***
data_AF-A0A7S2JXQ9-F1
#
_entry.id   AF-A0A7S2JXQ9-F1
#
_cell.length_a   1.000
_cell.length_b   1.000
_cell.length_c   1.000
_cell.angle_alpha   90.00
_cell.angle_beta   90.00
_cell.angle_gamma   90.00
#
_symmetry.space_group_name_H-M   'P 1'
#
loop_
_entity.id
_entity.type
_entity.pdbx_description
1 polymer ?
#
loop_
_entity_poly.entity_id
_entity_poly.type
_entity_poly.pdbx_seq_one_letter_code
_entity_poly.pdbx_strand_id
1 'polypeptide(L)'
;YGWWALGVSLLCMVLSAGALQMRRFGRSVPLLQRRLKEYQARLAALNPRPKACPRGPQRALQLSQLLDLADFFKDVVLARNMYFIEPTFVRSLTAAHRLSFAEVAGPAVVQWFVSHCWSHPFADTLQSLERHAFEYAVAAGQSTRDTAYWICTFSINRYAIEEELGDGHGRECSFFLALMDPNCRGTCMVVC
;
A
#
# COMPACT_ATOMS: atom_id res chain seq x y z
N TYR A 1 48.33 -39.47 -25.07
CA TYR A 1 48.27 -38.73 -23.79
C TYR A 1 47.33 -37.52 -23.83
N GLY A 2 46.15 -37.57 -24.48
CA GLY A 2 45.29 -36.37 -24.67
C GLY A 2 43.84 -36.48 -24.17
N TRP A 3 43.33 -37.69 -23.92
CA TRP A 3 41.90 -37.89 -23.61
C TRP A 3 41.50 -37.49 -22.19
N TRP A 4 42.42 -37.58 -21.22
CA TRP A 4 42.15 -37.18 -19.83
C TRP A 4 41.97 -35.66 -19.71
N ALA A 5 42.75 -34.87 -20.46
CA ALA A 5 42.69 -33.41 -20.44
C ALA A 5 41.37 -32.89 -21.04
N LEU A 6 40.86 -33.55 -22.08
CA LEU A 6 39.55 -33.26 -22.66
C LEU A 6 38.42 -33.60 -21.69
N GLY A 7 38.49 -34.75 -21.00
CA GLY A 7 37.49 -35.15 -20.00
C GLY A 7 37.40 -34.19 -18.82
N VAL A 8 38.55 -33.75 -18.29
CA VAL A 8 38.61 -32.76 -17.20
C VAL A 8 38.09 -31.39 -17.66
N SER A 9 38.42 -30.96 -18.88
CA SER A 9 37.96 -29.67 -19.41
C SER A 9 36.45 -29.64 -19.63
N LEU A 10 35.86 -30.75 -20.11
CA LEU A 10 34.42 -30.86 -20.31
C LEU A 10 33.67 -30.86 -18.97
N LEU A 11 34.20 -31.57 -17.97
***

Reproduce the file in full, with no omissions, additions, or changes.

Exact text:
data_AF-A0A7S2JXQ9-F1
#
_entry.id   AF-A0A7S2JXQ9-F1
#
_cell.length_a   1.000
_cell.length_b   1.000
_cell.length_c   1.000
_cell.angle_alpha   90.00
_cell.angle_beta   90.00
_cell.angle_gamma   90.00
#
_symmetry.space_group_name_H-M   'P 1'
#
loop_
_entity.id
_entity.type
_entity.pdbx_description
1 polymer ?
#
loop_
_entity_poly.entity_id
_entity_poly.type
_entity_poly.pdbx_seq_one_letter_code
_entity_poly.pdbx_strand_id
1 'polypeptide(L)'
;YGWWALGVSLLCMVLSAGALQMRRFGRSVPLLQRRLKEYQARLAALNPRPKACPRGPQRALQLSQLLDLADFFKDVVLARNMYFIEPTFVRSLTAAHRLSFAEVAGPAVVQWFVSHCWSHPFADTLQSLERHAFEYAVAAGQSTRDTAYWICTFSINRYAIEEELGDGHGRECSFFLALMDPNCRGTCMVVC
;
A
#
# COMPACT_ATOMS: atom_id res chain seq x y z
N TYR A 1 48.33 -39.47 -25.07
CA TYR A 1 48.27 -38.73 -23.79
C TYR A 1 47.33 -37.52 -23.83
N GLY A 2 46.15 -37.57 -24.48
CA GLY A 2 45.29 -36.37 -24.67
C GLY A 2 43.84 -36.48 -24.17
N TRP A 3 43.33 -37.69 -23.92
CA TRP A 3 41.90 -37.89 -23.61
C TRP A 3 41.50 -37.49 -22.19
N TRP A 4 42.42 -37.58 -21.22
CA TRP A 4 42.15 -37.18 -19.83
C TRP A 4 41.97 -35.66 -19.71
N ALA A 5 42.75 -34.87 -20.46
CA ALA A 5 42.69 -33.41 -20.44
C ALA A 5 41.37 -32.89 -21.04
N LEU A 6 40.86 -33.55 -22.08
CA LEU A 6 39.55 -33.26 -22.66
C LEU A 6 38.42 -33.60 -21.69
N GLY A 7 38.49 -34.75 -21.00
CA GLY A 7 37.49 -35.15 -20.00
C GLY A 7 37.40 -34.19 -18.82
N VAL A 8 38.55 -33.75 -18.29
CA VAL A 8 38.61 -32.76 -17.20
C VAL A 8 38.09 -31.39 -17.66
N SER A 9 38.42 -30.96 -18.88
CA SER A 9 37.96 -29.67 -19.41
C SER A 9 36.45 -29.64 -19.63
N LEU A 10 35.86 -30.75 -20.11
CA LEU A 10 34.42 -30.86 -20.31
C LEU A 10 33.67 -30.86 -18.97
N LEU A 11 34.20 -31.57 -17.97